Office of International Programs
Thank you for your interest in our study abroad programs! The goal of this page is to help you better understand the Auckland semester study abroad program and highlight distinguishing features and components that will interest you as a parent. More detailed and updated information is given to your son or daughter in information sessions, academic reviews, workshops, and predeparture orientations. Once you read this information, we strongly encourage you to discuss this with your son/daughter first. Please know all information is given to the students, and we ask students to share all of this with you.
Sending students abroad is a partnership that includes students, parents, university personnel, and our overseas partners. We realize that you will have questions, and if our website or your son/daughter cannot answer those questions, we will be happy to discuss the study abroad process and program information with you. Keep in mind that due to the FERPA federal regulation (Family Education Rights and Privacy Act), we will not be able to discuss specific information regarding your son/daughter; however, if your son/daughter is willing to sign a waiver form indicating the specific information to be shared with you, we will be more than happy to discuss specific matters regarding your son/daughter.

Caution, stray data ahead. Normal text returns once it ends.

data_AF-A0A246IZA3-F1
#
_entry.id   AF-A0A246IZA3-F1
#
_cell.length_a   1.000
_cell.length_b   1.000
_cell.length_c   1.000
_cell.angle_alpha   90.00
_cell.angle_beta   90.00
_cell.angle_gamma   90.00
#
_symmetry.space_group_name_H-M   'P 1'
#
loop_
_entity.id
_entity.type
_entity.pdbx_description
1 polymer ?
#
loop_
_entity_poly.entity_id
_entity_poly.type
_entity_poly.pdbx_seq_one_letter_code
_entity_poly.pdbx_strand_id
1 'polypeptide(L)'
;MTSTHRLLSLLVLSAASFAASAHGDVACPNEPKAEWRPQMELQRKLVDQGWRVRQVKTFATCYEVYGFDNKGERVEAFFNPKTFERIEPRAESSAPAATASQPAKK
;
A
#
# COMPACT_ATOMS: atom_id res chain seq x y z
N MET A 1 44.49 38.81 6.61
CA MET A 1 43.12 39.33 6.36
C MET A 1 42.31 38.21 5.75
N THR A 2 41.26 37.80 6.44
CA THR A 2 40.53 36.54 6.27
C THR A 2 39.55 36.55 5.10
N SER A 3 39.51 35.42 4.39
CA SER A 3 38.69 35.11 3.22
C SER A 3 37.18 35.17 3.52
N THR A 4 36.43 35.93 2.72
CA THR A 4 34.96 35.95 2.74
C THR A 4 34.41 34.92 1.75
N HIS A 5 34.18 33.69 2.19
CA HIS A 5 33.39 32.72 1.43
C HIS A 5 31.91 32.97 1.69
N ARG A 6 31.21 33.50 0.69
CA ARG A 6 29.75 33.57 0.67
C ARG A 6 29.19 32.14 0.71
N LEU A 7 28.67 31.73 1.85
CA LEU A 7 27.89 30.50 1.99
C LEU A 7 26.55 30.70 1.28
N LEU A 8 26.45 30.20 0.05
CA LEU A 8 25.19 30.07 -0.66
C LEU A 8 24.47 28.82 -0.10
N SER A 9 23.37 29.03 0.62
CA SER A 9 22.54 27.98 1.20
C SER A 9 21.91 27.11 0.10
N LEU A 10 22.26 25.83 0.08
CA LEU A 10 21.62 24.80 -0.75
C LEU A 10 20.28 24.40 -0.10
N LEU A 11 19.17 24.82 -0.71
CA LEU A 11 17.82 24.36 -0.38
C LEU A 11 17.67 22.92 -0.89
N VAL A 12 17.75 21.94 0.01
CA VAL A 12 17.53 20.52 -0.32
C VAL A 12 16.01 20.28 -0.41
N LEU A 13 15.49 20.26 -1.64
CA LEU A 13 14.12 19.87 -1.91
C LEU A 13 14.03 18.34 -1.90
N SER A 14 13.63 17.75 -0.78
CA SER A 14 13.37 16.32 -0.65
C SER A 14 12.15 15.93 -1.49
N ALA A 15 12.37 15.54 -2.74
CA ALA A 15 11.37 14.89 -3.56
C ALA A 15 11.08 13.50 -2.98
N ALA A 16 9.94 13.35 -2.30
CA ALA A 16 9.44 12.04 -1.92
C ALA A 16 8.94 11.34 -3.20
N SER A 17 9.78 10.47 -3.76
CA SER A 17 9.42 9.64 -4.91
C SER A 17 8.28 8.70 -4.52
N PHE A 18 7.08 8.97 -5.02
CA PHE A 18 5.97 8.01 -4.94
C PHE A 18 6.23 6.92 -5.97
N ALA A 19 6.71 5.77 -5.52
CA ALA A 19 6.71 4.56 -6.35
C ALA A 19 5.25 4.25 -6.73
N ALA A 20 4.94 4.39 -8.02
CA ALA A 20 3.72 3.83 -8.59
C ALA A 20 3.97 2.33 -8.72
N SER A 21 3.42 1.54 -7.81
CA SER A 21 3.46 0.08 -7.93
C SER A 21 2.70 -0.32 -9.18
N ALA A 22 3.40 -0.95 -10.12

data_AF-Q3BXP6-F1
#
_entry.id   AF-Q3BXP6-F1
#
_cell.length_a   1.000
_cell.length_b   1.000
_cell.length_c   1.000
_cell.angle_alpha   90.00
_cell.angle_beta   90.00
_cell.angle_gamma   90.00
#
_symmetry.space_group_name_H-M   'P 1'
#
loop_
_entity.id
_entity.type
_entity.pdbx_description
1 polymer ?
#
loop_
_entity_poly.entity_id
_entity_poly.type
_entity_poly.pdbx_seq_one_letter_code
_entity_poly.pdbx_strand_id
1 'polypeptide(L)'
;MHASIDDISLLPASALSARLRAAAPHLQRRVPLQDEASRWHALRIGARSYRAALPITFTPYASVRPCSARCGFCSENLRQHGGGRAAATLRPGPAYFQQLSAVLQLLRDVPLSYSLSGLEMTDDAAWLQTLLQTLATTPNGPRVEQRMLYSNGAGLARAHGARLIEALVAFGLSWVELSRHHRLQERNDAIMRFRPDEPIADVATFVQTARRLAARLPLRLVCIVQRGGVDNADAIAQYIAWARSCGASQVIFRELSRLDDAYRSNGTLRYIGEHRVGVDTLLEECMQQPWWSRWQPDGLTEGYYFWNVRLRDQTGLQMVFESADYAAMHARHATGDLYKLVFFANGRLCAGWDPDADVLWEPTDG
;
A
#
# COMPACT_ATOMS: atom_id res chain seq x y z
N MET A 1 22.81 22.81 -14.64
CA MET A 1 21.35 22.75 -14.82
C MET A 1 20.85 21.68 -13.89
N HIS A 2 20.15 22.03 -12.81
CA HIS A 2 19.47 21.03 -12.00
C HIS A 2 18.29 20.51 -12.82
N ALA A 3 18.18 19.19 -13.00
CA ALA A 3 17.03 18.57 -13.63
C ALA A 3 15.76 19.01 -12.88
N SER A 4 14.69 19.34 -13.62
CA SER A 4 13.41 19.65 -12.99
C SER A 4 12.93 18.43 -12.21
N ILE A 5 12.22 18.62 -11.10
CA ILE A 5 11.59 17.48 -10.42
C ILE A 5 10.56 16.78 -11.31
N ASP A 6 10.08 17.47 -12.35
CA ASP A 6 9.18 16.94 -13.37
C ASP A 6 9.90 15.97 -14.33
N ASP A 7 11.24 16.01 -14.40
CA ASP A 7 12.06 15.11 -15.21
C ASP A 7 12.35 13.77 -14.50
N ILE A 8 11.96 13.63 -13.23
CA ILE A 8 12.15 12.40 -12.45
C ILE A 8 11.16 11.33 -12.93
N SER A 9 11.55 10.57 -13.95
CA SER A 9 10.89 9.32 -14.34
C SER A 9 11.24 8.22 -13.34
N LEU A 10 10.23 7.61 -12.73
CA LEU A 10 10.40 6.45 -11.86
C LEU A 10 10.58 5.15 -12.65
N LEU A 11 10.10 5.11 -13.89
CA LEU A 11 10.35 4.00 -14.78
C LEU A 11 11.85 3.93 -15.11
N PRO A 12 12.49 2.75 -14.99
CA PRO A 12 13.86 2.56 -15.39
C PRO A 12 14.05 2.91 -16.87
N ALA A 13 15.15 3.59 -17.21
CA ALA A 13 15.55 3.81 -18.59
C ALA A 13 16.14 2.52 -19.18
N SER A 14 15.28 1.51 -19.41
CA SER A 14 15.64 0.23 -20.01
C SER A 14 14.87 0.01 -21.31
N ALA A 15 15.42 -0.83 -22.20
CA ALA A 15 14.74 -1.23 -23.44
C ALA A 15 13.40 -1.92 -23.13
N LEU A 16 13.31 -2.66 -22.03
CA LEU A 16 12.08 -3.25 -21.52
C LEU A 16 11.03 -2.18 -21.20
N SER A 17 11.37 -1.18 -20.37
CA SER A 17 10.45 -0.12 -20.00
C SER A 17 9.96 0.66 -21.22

We hope you find this information helpful in assisting your son/daughter to accomplish his or her goal of learning, living, and serving abroad. We look forward to working with you and your son/daughter.
Loyola students can study abroad at the University of Auckland in Auckland, New Zealand. The program is a semester program and the semesters run from mid-February to late-June and also from early July to mid-November.
Criteria for Acceptance and Application Requirements